Car lease insurance

If you lease a car, you may be required to pay for car insurance coverages that are usually optional.

Zack Sigel


Zack Sigel

Zack Sigel

Managing Editor

Zack Sigel is a managing editor at Policygenius who oversees our mortgages, taxes, loans, banking, and investing verticals.

Published September 5, 2018|4 min read

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When you lease a car, you’re essentially borrowing the car from a lessor by paying monthly payments until you reach the end of your lease. During that time, the lessor will want to protect his or her financial stake in the car by requiring you to get car insurance. Car insurance coverage will reimburse you when the car is damaged, destroyed, or stolen.

Most states require you to carry some amount of liability coverage, which protects other drivers when you cause an accident and need to repay expenses resulting from their medical or repair bills. Coverages like collision insurance and comprehensive insurance are typically optional, and you avoid them if you have enough cash on hand to pay to replace or fix your car out of pocket.

However, if you lease your car, collision and comprehensive insurance is generally not optional. You may also have to purchase gap insurance, which pays an additional amount on top of collision and comp coverage to make up for the value the car has lost in depreciation against what you owe on your lease.

Read on to learn more about getting insurance for a leased car:

Optional vs mandatory types of car insurance

All but two states require you to have car insurance, and almost all of those states require you to have bodily injury liability and property damage liability coverage. These types of coverage protect you from the liability you incur when you cause an accident. The minimum amounts of coverage you need under each liability coverage type vary between states.

No-fault states mandate that you carry personal injury protection (PIP) coverage, which pays your medical expenses and those of your passengers, regardless of who caused the crash.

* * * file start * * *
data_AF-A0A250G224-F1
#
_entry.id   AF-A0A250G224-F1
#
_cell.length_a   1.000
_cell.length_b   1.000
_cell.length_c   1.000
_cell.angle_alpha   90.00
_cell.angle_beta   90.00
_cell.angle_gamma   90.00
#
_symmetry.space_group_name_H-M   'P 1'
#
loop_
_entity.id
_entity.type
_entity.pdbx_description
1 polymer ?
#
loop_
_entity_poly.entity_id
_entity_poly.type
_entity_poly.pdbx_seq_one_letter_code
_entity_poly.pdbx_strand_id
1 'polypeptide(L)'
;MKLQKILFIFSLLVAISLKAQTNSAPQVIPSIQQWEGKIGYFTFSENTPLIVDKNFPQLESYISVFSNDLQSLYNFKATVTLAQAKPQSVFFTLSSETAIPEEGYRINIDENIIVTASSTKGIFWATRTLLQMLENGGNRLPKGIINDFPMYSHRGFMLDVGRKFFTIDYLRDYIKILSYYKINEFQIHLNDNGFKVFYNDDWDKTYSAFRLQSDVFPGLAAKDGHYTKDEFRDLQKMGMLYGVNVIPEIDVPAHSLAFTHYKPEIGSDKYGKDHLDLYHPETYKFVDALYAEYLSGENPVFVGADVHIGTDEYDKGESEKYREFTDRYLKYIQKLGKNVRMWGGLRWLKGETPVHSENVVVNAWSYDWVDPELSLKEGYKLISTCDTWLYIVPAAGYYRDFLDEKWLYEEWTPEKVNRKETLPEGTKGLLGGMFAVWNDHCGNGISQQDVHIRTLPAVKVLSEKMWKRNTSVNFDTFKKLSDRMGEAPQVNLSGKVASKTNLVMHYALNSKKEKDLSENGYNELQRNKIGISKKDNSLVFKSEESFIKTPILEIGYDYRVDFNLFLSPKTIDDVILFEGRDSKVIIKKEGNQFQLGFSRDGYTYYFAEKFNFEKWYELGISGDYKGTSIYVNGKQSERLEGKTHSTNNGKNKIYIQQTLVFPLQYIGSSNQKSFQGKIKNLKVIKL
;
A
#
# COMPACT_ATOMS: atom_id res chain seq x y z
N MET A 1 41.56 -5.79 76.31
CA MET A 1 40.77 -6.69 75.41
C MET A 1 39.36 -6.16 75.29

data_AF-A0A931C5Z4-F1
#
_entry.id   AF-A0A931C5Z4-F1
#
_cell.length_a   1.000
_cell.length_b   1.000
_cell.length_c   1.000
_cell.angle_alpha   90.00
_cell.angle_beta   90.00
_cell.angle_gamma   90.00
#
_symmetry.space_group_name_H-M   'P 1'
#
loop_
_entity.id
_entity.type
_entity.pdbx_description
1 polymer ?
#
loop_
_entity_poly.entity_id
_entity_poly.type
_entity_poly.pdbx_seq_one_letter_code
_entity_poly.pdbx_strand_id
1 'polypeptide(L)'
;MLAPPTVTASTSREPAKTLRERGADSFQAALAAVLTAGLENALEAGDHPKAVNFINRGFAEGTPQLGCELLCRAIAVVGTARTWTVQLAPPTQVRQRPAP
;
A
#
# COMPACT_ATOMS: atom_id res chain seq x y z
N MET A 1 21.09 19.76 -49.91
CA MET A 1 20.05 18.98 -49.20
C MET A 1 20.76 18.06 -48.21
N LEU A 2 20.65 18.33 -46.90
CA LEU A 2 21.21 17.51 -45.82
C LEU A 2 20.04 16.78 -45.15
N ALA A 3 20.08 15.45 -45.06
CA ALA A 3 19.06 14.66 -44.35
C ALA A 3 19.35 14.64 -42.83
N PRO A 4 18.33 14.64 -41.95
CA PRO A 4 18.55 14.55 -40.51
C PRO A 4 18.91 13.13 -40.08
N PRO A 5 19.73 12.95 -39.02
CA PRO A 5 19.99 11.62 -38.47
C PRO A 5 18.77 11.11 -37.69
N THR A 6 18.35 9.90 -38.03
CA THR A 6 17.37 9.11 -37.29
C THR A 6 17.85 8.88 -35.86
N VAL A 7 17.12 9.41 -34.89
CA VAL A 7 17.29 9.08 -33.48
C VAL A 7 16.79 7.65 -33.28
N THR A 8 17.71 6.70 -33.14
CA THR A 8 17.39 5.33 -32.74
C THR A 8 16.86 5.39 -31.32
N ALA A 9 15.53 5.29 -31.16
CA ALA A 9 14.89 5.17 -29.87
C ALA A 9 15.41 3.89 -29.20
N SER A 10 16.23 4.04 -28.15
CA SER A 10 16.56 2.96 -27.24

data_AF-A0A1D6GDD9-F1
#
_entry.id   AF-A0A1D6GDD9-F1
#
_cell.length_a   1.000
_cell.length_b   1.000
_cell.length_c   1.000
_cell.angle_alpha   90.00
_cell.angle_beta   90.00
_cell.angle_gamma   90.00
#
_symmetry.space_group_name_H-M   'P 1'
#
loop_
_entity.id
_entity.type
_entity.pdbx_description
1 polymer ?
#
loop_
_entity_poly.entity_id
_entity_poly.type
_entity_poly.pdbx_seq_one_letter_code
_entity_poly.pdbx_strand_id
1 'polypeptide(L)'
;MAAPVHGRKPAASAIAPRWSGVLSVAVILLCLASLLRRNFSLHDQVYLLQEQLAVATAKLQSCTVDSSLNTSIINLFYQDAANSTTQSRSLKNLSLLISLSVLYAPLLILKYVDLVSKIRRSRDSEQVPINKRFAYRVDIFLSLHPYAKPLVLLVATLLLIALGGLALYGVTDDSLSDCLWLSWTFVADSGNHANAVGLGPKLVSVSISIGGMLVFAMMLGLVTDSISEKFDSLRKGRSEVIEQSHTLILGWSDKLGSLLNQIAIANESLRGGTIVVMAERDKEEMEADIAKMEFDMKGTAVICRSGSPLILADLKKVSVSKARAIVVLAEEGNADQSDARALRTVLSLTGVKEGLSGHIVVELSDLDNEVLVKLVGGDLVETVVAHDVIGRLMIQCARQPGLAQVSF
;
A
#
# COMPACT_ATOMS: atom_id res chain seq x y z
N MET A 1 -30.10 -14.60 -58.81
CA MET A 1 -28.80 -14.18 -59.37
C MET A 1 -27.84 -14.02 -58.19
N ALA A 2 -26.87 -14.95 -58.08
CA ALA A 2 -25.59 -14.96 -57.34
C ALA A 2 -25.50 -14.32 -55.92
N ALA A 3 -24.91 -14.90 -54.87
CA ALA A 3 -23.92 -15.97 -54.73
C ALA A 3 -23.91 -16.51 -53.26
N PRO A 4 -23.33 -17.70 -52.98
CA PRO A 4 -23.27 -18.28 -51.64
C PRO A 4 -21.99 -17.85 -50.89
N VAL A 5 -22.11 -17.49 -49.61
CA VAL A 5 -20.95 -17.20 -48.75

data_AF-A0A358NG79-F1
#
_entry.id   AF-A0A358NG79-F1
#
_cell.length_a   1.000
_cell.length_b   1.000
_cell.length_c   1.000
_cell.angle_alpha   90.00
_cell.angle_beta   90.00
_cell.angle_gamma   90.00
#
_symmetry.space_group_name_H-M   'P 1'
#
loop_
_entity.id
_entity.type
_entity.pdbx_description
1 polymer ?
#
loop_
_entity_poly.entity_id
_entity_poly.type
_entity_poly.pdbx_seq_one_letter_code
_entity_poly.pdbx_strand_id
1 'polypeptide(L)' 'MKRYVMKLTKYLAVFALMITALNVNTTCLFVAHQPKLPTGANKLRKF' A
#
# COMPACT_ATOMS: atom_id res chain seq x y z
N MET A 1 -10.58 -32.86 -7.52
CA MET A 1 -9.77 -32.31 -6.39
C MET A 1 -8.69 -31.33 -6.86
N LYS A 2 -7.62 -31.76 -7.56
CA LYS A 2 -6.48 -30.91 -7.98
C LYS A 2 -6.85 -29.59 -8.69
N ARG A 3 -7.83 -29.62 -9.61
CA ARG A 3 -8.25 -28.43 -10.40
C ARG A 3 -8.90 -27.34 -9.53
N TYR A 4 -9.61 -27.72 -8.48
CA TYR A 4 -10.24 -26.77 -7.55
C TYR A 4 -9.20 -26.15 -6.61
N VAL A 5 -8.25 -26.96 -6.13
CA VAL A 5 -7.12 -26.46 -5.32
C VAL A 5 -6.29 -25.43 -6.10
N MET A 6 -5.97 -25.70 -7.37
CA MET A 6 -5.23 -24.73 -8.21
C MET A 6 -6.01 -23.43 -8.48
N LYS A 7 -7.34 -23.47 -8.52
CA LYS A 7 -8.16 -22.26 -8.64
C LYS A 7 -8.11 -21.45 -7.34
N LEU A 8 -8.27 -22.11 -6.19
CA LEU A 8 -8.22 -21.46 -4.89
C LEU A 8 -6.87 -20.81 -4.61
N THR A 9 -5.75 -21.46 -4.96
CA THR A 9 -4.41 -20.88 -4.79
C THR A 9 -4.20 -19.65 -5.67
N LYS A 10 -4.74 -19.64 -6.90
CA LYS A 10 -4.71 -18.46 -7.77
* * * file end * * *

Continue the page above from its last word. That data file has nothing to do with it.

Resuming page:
Requirements for other types of car insurance, like uninsured/underinsured motorist insurance, vary a lot between states. However, your lienholder will almost certainly require it.

Collision and comprehensive insurance, which cover property damage to your car, are generally optional unless you lease your car or purchase with an auto loan.

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Car insurance requirements for leasing a car

In order to lease a car, most lienholders require you to have car insurance with the following features. To make sure you have enough coverage in each component, talk to a representative at Policygenius about your coverage needs, and what options are available to you at your budget requirements.

Collision insurance

This reimburses you for damage to the car caused by a collision with another car. You’ll be required to purchase a minimum amount of collision coverage, but you may be able to choose your deductible, which is the amount you’re responsible for in any given claim.

Comprehensive insurance

Comp reimburses you for damage to your car caused by something other than a collision. That means everything from fire to ice, objects falling on your car, and theft and vandalism. Usually combined with collision, you may also need to purchase a minimum amount and be allowed to choose your deductible.

Original equipment manufacturer (OEM) parts

Since you need to return the car at the end of the lease if you don’t have an option to purchase it, you need to keep it in roughly the same shape as when you first leased it. That means the lienholder may require you to purchase a rider for your collision and comp coverage that requires any repairs to be made using OEM parts, which could make your premiums much higher.

Increased coverage limits for your liability insurance

Your leasing company could require you to purchase more coverage in the bodily injury and property damage liability coverages. Generally, you can opt for less coverage in those components as long as you meet your state’s minimum, in return for a lower premium. But leasing companies may increase those minimums, usually by tens of thousands of dollars.

Gap insurance

Gap insurance pays the difference between a car’s actual cash value (ACV, its value after depreciation) and the amount you still owe on the lease when the auto insurance company would otherwise only pay the ACV for a total vehicle loss. While not every lienholder requires you to purchase it, gap insurance may be a lifeline if your car gets stolen or is completely destroyed.

Uninsured/underinsured motorist coverage

Some leasing companies require you to purchase uninsured motorist insurance or underinsured motorist insurance. As the names imply, these coverages reimburse you for damage and loss that you suffer when the other driver doesn’t have enough car insurance to cover all of his or her liability.

Naming your leasing company as an additional insured

“Additional insureds” are anyone you want to be insured under your car insurance policy, such as family members or other people who have your permission to drive the car. Your lienholder may require you to list them as an additional insured as well, with an added stipulation that they be listed as a “loss payee.”

That means the auto insurer can reimburse both you and the leasing company in the event of a claim, depending on which party is owed money. The lienholder will want access to the claim check because, unless you purchase the car at the end of the lease, technically the car is still their property.

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